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by Jacob Brown on August 25th, 2022

EUR/USD reaches parity. What lies ahead for the euro? – August 25, 2022

Deteriorating economic outlook causes EUR to tumble

The high inflation following the Covid-19 pandemic and Russia’s invasion of Ukraine has placed global currencies under severe pressure. The ECB was slow in its response to high inflation and lagged behind the Federal Reserve of the US in raising interest rates. This lax approach caused the pair to swing in favor of the USD.

Declining growth and negative outlook have played into recession fears and investors are seeking to hold their funds in the world reserve USD rather than the euro.

The euro has fallen by more than 12% against the dollar since the start of 2022. The bearish sentiment towards the eurozone currency has brought the pair towards parity.

The observable general trend for EUR/USD was a steady decline throughout 2022, which culminated in parity towards the latter half of August 2022.

Why is the euro tanking?

The war between Ukraine and Russia has harmed European economies. The health of the eurozone economy has been called into question after subpar macroeconomic data across the union. Yearly inflation hit a record high of 8.9% in July 2022. While the pandemic had placed member countries under strenuous circumstances, rising energy prices ramped up recession fears even further.

Russia’s ability to cut oil exports to Germany would put the German manufacturing sector under serious strain. While this has not yet happened, the concerns are unlikely to die down anytime soon.

The euro has fallen from almost 1.19 against the dollar to briefly trading at 0.99 in August.

Due to ongoing uncertainty, economic growth projections have reduced across the European Union – down to 1.5% for 2023 from 2.7% in 2022.

The political uncertainty in Italy is not helping matters either. The resignation of PM Mario Draghi and the call for new elections in September will likely place further pressure on the euro.

ECB raises interest rates

ECB president Christine Lagarde had hinted toward an interest rate hike coming in September. Due to the ECB’s late response, a more aggressive raise is more likely. The chances of such a rise leading to an EU recession are hurting demand for the euro.

Carsten Brzeski of ING noted the closing window of opportunity to raise interest rates amid increasing commodity prices. Brzeski also added that an increase of 50 bps was the more likely outcome before winter.

The increased interest rates are unlikely to have a significant impact on the EU economy in the short term. What was expected to be a long-term normalization of interest rates now seems like a short-term opportunity to save face for the ECB.

The Federal Reserve is driving the EUR/USD

On the other side of the spectrum, the Federal Reserve has been much more decisive in its goal of tackling inflation. The Fed is on track to achieving its 4.00% interest rate target while gaining from the support of USD bulls. The hawkish decision of the Fed is swinging the EUR/USD pair in favor of the reserve currency.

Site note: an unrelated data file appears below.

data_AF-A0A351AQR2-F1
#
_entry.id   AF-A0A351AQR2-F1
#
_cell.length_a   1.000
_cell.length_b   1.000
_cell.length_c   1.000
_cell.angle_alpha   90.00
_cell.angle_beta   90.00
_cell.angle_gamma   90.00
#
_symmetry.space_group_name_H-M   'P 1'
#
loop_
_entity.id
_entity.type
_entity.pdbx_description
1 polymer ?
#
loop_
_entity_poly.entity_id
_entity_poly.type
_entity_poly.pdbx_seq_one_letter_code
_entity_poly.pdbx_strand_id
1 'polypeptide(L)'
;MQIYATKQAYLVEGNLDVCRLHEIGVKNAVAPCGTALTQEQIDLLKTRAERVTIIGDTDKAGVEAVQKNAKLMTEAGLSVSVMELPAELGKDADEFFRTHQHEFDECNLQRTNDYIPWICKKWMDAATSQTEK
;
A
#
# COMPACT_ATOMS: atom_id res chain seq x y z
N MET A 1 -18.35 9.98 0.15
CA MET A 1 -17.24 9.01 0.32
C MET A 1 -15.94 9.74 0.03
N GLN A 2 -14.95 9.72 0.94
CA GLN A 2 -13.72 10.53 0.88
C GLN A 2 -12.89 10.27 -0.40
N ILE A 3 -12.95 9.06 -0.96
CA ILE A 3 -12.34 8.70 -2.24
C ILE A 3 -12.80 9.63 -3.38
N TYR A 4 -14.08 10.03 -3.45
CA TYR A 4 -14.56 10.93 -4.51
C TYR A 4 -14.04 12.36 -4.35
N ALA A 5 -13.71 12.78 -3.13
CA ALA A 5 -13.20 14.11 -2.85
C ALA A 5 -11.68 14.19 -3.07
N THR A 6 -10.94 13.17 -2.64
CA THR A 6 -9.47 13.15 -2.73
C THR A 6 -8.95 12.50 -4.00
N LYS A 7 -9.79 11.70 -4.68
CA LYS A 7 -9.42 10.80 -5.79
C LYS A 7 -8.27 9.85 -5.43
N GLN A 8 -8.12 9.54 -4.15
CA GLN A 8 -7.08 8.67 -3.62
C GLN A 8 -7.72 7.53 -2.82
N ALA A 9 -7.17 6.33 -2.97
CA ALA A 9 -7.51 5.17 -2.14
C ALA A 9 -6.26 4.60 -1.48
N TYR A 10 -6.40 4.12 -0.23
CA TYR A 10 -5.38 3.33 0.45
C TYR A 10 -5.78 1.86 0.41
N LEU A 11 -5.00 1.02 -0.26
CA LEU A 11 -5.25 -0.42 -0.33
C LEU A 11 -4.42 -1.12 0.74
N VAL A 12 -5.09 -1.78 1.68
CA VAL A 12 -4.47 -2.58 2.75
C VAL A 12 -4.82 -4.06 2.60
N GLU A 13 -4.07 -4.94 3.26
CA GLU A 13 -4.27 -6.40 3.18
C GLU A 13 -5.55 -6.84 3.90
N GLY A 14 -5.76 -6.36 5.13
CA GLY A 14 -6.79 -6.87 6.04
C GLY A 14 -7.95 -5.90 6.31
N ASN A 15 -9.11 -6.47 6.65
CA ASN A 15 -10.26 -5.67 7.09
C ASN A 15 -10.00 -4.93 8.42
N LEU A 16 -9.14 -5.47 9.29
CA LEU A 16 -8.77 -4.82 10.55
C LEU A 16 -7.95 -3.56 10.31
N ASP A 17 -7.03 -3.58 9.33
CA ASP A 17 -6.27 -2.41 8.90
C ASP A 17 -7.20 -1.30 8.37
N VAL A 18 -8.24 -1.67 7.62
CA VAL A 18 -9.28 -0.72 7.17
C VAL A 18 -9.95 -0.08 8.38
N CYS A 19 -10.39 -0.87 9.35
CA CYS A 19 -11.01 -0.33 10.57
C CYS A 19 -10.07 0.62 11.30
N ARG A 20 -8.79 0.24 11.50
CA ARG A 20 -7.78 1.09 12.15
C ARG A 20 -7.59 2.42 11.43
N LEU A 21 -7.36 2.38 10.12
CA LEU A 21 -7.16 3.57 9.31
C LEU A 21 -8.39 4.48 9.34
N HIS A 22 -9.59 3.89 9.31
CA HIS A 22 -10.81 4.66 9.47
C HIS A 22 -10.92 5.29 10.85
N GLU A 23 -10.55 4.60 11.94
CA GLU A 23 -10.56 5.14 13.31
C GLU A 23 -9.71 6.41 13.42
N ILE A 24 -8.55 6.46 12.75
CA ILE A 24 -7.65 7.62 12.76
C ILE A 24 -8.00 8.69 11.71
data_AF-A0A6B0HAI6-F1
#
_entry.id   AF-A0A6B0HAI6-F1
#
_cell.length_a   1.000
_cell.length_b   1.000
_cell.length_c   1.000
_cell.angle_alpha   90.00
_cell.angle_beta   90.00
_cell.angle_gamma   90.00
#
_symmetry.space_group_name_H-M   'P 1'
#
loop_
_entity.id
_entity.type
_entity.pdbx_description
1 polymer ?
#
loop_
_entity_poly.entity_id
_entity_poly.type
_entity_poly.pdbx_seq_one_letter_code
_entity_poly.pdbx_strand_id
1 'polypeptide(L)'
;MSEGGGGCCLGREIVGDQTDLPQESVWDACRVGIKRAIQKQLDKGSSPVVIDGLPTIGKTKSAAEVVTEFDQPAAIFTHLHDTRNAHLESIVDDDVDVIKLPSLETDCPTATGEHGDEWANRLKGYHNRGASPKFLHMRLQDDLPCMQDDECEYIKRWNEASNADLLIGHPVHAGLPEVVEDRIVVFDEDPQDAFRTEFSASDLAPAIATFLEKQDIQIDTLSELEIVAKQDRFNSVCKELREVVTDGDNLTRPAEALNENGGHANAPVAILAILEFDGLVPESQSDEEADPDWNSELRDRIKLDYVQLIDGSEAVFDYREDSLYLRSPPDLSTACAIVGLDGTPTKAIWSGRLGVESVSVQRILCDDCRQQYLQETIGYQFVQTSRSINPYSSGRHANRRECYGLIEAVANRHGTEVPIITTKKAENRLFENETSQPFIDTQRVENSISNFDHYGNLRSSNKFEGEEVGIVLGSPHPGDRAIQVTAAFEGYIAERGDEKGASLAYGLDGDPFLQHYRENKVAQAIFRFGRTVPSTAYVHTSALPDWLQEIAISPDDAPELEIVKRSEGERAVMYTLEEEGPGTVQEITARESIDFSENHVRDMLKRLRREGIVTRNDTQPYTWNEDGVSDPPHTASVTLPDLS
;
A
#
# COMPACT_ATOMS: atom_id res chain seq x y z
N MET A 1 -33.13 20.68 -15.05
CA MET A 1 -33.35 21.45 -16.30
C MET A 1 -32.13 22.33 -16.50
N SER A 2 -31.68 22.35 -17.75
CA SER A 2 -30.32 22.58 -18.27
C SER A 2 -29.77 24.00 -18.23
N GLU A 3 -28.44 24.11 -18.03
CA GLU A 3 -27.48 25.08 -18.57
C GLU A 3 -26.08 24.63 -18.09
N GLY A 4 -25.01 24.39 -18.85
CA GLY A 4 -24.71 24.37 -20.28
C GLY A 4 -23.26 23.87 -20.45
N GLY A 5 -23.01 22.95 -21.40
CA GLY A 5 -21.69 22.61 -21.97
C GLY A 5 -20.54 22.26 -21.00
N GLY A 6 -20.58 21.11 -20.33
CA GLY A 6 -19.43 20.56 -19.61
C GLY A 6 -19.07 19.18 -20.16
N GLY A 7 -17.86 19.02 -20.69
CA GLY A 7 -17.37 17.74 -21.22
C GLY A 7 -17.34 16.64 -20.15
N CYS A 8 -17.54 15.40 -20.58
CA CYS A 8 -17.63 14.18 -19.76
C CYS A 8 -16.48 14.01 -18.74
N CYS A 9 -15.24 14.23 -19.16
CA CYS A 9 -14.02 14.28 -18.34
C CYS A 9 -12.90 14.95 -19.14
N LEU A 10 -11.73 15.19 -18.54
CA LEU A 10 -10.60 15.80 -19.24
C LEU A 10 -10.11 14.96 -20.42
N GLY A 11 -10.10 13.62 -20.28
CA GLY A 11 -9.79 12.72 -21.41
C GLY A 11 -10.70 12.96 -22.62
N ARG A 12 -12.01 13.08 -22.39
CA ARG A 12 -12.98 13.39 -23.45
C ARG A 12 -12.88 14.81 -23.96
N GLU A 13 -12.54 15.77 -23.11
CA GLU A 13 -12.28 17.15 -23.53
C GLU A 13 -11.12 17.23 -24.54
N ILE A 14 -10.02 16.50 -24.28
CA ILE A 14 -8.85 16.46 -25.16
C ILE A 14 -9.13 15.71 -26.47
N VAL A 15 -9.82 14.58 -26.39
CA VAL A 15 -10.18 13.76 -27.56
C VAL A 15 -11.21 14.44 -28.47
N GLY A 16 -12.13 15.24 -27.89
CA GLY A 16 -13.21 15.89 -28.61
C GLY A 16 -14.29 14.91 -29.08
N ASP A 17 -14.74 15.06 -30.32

The minutes from the Jackson Hole symposium on Friday are likely to have a major effect on the pair in the short run. Expectations for the meeting are split between rate hikes of 0.5 and 0.75%.

The Fed was quick to start raising interest rates, which gave the dollar a leg up against other major currencies. The safe-haven greenback had been gaining ground against the euro since the start of the year.

This aggressive inflation stance has brought faith back into the markets and USD bulls dragged EUR/USD briefly below the parity line. This drop was the lowest point for the euro for two decades.

Where does the euro go from here?

The short-term stance of EUR/USD depends on the Federal Reserve’s meeting on Friday. If Jerome Powell presents a lower-than-expected rate hike and guidance, this could be a lifeline for the euro.

However, the likelihood of the Fed switching to a sheepish stance seems slim and EUR bears are eyeing a further drop-off to 2002 levels of 0.96.

The key issues facing the euro are the inflated energy prices stemming from the war and households are already seeking to tighten their budgets. The economic outlook across the board does not inspire confidence thus far.

Much will depend on the outcome of the war between Ukraine and Russia as well. The EU has been vocal in its support of Ukraine and military and humanitarian aid quickly followed suit. The overall political balance of the continent will be essential for the economic turnaround of the EU.

EU member states are trying to adopt new policies to curb the looming energy crisis. Experts are expecting a tough winter in Europe, and governments are considering reopening coal-powered plants to meet demand. The availability of Russian hydrocarbons is also likely to play a significant role.

Due to the advantageous position held by the USD, much of the euro’s performance will depend on the Federal Reserve’s strategy, rather than the ECB. All eyes are on Jerome Powell’s meeting on Frida  as investors refrain from large volume trades.

By Jacob Brown

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